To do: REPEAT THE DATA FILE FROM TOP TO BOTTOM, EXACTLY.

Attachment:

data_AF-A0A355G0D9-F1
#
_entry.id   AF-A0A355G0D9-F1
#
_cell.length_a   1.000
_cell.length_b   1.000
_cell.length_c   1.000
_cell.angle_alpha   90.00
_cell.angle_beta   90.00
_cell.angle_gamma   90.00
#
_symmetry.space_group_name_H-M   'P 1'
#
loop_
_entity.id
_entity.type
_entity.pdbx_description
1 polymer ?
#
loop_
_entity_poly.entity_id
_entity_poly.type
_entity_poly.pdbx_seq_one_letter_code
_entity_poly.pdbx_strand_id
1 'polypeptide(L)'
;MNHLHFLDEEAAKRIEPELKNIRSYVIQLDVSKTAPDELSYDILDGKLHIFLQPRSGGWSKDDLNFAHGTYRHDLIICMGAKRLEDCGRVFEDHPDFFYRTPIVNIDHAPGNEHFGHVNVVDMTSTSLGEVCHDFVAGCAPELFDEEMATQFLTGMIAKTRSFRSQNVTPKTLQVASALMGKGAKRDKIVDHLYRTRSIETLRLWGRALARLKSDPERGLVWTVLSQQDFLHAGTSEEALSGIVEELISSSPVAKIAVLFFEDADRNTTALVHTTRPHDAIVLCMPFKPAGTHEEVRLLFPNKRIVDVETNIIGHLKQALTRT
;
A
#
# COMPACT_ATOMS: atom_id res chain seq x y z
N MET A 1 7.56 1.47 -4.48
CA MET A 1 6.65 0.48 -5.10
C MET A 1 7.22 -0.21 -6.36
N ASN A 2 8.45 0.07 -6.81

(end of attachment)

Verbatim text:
data_AF-A0A355G0D9-F1
#
_entry.id   AF-A0A355G0D9-F1
#
_cell.length_a   1.000
_cell.length_b   1.000
_cell.length_c   1.000
_cell.angle_alpha   90.00
_cell.angle_beta   90.00
_cell.angle_gamma   90.00
#
_symmetry.space_group_name_H-M   'P 1'
#
loop_
_entity.id
_entity.type
_entity.pdbx_description
1 polymer ?
#
loop_
_entity_poly.entity_id
_entity_poly.type
_entity_poly.pdbx_seq_one_letter_code
_entity_poly.pdbx_strand_id
1 'polypeptide(L)'
;MNHLHFLDEEAAKRIEPELKNIRSYVIQLDVSKTAPDELSYDILDGKLHIFLQPRSGGWSKDDLNFAHGTYRHDLIICMGAKRLEDCGRVFEDHPDFFYRTPIVNIDHAPGNEHFGHVNVVDMTSTSLGEVCHDFVAGCAPELFDEEMATQFLTGMIAKTRSFRSQNVTPKTLQVASALMGKGAKRDKIVDHLYRTRSIETLRLWGRALARLKSDPERGLVWTVLSQQDFLHAGTSEEALSGIVEELISSSPVAKIAVLFFEDADRNTTALVHTTRPHDAIVLCMPFKPAGTHEEVRLLFPNKRIVDVETNIIGHLKQALTRT
;
A
#
# COMPACT_ATOMS: atom_id res chain seq x y z
N MET A 1 7.56 1.47 -4.48
CA MET A 1 6.65 0.48 -5.10
C MET A 1 7.22 -0.21 -6.36
N ASN A 2 8.45 0.07 -6.81